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INTERNET RESOURCES · Christian Action for Israel (This website promotes Christian Zionism.): http://christianactionforisrael.org · Churches for Middle East Peace: http://www.cmep.org · Dar Annadwa: http://www.annadwa.org/en · Holy Land Trust: http://www.holylandtrust.org · Institute for the Study of Christian Zionism: http://www.christianzionism.org · Peace Not Walls (Evangelical Lutheran Church in America): http://www.elca.org/peacenotwalls BOOKS · Irvine H. Anderson, Biblical Interpretation and Middle East Policy:

Why We Should Be Concerned About

The Promised Land, America, and Israel, 1917­2002

· Paul Boyer, When Time Shall be No More: Prophesy Belief in

Modern American Culture

· Elias Chacour, Blood Brothers · Colin Chapman, Whose Promised Land? · Victoria Clark, Allies for Armageddon: The Rise of Christian Zionism · Dan Cohn-Sherbok, The Politics of Apocalypse: The History and Influence of

Christian Zionism

Christian Zionism

· John Hagee, Jerusalem Countdown (This book promotes Christian Zionism.) · Charles P. Lutz and Robert O. Smith, Christians and a Land Called Holy:

How We Can Foster Justice, Peace and Hope

· Mitri Raheb, I Am a Palestinian Christian · Timothy Weber, On the Road to Armageddon: How Evangelicals Became Israel's

Best Friend

· Jean Zaru, Occupied with Nonviolence: A Palestinian Woman Speaks

For more information, contact: Office of Interfaith Relations National Council of the Churches of Christ in the USA 475 Riverside Drive, Suite 880 New York, NY 10115 Phone: 212-870-3403 http://www.ncccusa.org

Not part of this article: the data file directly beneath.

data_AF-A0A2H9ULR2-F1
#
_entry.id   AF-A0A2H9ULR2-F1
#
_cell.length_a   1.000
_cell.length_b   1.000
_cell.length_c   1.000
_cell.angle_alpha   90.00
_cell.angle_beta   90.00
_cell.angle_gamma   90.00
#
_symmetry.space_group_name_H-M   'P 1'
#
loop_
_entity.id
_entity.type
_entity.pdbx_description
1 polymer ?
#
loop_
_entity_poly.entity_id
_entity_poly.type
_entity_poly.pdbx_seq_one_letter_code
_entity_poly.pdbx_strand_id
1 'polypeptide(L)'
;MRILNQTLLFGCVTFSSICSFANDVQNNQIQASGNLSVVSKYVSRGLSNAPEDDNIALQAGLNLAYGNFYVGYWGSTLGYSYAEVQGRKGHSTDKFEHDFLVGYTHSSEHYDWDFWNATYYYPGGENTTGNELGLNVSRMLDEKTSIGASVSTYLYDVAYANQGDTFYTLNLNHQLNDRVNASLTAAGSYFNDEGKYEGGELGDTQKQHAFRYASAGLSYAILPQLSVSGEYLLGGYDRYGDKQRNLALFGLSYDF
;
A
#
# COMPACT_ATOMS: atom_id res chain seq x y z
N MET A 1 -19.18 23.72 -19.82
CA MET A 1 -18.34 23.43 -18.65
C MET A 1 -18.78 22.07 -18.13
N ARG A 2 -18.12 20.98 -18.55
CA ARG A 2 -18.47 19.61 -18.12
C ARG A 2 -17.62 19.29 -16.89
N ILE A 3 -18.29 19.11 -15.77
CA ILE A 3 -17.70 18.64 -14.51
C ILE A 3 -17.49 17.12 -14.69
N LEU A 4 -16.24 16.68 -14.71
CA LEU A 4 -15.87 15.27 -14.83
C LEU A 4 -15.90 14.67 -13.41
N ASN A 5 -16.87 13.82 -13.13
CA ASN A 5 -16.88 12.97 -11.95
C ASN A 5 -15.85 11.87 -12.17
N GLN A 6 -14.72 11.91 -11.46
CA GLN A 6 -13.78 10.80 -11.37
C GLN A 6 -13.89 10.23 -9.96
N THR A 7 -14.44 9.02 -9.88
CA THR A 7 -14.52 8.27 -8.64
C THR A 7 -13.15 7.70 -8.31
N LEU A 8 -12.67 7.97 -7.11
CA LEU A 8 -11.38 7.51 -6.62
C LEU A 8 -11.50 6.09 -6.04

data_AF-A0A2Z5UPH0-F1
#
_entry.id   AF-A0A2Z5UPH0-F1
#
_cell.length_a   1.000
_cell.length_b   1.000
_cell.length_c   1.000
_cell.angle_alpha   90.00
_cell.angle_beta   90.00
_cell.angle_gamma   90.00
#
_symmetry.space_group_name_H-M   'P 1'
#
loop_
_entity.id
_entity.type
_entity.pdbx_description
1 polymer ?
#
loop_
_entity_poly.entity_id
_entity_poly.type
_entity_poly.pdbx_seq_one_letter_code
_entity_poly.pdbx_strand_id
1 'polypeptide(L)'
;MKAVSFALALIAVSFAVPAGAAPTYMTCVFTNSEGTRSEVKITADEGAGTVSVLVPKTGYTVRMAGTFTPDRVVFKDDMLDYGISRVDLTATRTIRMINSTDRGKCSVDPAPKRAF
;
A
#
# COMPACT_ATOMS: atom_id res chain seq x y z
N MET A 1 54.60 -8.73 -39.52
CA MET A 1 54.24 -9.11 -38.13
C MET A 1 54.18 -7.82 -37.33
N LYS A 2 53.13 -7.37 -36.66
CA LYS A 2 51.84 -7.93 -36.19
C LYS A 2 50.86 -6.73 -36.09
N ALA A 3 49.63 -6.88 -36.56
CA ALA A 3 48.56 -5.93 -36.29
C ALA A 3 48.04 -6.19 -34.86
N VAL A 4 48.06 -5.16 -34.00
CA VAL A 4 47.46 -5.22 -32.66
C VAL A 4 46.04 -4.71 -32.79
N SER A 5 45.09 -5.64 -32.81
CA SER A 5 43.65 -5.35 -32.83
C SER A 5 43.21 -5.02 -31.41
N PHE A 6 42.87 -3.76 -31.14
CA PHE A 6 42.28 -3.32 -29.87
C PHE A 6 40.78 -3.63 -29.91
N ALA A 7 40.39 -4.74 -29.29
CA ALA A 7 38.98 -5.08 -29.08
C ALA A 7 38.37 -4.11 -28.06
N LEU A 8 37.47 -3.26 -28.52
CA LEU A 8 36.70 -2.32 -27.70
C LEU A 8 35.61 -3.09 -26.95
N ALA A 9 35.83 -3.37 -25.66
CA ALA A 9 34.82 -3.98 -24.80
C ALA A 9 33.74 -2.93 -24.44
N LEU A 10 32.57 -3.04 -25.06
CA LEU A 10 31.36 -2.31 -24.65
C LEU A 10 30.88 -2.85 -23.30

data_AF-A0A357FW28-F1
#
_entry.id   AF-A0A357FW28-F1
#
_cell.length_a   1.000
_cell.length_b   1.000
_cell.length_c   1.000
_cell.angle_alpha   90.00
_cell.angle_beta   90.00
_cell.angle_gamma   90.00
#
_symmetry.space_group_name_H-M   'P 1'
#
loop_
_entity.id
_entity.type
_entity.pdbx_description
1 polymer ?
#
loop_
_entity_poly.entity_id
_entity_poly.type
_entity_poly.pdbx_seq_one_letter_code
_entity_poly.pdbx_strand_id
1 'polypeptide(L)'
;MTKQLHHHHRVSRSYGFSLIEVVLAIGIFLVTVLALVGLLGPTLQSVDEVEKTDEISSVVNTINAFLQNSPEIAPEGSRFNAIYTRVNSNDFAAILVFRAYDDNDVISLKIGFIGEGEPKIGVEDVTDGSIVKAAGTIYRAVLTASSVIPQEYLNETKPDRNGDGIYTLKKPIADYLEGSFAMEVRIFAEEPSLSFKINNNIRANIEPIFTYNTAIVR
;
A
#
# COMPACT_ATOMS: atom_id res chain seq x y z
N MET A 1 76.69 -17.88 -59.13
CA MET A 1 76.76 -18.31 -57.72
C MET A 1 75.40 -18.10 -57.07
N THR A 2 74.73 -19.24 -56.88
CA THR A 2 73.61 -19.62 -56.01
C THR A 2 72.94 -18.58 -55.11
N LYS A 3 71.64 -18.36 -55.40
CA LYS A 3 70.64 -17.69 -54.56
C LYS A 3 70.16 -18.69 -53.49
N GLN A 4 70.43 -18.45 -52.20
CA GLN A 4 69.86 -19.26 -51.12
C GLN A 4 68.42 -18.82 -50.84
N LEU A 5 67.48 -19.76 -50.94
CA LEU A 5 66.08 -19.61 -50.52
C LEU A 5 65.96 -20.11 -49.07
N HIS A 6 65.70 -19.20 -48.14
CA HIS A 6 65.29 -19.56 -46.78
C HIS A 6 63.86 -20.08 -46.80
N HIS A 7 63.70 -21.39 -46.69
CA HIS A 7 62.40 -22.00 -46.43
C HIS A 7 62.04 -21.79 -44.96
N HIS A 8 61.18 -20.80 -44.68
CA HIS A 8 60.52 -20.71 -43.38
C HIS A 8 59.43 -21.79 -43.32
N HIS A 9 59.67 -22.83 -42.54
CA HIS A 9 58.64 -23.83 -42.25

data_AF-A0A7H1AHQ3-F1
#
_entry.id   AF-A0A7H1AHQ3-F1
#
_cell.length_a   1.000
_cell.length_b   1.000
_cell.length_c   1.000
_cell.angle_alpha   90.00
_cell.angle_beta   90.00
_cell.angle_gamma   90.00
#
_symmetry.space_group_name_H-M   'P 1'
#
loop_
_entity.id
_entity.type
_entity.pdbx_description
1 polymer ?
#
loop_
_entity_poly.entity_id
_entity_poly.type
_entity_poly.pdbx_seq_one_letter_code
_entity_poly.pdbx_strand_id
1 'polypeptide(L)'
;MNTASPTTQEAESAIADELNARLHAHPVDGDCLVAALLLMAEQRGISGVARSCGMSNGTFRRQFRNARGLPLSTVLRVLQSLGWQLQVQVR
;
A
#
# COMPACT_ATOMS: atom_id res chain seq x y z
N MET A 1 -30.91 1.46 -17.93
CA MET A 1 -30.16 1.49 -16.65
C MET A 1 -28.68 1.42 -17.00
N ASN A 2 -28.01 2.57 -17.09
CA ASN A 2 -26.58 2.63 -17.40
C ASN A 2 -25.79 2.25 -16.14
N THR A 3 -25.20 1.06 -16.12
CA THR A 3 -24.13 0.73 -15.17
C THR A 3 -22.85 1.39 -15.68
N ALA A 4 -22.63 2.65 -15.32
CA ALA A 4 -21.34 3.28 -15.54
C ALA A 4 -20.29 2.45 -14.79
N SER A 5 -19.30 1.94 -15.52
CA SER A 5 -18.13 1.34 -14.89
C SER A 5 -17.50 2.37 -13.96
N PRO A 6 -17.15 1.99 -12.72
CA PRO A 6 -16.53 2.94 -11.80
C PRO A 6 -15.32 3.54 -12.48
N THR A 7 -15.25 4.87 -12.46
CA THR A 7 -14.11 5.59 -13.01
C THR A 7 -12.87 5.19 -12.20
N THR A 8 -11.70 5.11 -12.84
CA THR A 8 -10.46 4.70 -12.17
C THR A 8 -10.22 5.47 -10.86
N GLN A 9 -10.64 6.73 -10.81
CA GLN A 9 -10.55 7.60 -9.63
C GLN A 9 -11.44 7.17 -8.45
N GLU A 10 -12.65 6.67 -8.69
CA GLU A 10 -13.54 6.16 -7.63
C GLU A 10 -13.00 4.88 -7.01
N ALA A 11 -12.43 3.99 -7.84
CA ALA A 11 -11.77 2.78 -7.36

Christians are troubled when injustice is committed. We are especially troubled when it is perpetuated through the appropriation of Christian theology for ideological purposes. One such misappropriation is commonly referred to as Christian Zionism.

WHAT IS CHRISTIAN ZIONISM? Christian Zionism may be defined either broadly or narrowly. Broadly speaking, it designates any Christian support for the national revival movement of the Jewish people realized through the establishment of the modern State of Israel (historically known as Zionism). More narrowly defined, Christian Zionism is an ideology grounded in beliefs which consider the State of Israel to be divinely ordained and scripturally determined with a central role in ushering in the end of history, where unconverted Jews and unbelievers (including Christians who are considered to be of questionable status) are judged by God's wrath. It is the narrower form that causes immediate concern. WHY SHOULD WE BE CONCERNED? There are a number of reasons why this narrow ideological form of Christian Zionism raises concerns for the member communions of the National Council of the Churches of Christ in the USA. Among these are the following:

· It can lead to the dehumanization of Israelis and Palestinians

Because Christian Zionism bases support for the State of Israel on its supposed role in the end of history, its adherents tend to treat Israelis and Palestinians not as neighbors to be loved, but as pawns in a cosmic drama of divine vengeance and retribution. The conclusion of this drama involves the death of all non-Christians, including Jews, through apocalyptic warfare or divine judgment. Given these beliefs, even many Jews wonder if the movement promotes proper JewishChristian relationships and question the nature of the movement's support for Israel.